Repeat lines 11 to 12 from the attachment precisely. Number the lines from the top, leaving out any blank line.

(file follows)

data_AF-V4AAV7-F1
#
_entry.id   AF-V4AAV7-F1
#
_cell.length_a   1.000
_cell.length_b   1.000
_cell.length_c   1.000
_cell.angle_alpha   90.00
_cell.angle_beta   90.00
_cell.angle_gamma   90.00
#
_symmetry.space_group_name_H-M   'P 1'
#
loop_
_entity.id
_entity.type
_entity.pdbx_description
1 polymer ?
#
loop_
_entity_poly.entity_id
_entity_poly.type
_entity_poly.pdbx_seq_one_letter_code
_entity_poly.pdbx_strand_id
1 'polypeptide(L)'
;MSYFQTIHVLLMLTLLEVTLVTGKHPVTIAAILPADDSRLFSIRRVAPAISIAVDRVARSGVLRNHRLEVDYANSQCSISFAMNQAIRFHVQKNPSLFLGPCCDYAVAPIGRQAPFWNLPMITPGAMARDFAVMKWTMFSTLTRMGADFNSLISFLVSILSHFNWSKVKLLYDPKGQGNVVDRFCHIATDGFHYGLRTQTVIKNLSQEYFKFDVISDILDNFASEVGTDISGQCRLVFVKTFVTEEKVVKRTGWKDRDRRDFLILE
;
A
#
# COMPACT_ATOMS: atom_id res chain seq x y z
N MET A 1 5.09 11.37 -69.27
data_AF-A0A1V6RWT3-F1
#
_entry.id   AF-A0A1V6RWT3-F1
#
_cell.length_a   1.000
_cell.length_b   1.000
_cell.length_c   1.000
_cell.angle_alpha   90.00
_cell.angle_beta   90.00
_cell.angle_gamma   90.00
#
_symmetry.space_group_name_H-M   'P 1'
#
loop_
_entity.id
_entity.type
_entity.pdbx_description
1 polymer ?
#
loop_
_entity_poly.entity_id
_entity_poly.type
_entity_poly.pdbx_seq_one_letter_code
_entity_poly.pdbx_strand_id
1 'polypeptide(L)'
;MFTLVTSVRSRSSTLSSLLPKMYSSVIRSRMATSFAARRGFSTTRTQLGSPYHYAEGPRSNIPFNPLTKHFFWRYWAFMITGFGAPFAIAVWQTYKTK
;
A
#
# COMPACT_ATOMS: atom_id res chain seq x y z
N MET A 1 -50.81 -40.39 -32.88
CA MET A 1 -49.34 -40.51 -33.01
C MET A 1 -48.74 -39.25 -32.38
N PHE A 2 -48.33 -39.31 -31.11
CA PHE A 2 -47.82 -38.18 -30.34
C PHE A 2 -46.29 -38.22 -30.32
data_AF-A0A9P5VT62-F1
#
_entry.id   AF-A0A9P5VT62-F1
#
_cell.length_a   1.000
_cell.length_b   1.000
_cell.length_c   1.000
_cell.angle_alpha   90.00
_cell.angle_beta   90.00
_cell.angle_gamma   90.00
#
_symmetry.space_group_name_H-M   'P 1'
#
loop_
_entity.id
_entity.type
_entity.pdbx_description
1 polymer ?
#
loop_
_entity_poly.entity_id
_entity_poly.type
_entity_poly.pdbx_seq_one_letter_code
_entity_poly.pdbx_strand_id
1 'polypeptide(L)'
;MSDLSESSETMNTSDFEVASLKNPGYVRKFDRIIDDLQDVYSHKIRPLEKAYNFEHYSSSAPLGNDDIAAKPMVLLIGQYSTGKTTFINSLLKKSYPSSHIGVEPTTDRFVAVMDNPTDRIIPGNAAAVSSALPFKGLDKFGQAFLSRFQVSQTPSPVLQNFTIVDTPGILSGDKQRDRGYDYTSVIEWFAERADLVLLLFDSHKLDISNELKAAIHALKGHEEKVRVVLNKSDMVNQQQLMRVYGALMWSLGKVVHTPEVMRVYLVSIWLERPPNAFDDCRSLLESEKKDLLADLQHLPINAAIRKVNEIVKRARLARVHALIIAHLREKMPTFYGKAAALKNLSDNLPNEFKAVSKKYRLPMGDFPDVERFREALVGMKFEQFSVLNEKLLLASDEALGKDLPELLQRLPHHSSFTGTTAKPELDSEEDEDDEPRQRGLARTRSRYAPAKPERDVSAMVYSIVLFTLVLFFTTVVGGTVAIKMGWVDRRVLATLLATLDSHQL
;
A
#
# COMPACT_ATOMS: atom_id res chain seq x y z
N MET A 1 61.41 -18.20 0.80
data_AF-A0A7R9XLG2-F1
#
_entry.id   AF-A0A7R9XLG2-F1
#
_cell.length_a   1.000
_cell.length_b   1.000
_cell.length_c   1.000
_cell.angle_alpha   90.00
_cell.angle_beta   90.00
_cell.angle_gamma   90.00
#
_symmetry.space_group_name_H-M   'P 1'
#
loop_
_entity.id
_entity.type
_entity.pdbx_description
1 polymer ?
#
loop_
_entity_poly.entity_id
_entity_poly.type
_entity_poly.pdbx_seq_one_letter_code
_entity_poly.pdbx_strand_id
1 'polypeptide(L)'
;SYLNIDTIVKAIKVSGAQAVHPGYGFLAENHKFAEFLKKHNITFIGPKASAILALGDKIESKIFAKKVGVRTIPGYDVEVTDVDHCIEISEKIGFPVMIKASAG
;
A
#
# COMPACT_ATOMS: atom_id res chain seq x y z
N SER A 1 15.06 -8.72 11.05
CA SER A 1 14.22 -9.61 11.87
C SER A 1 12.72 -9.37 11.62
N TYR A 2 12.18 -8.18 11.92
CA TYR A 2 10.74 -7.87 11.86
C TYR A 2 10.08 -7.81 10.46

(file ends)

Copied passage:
#
_symmetry.space_group_name_H-M   'P 1'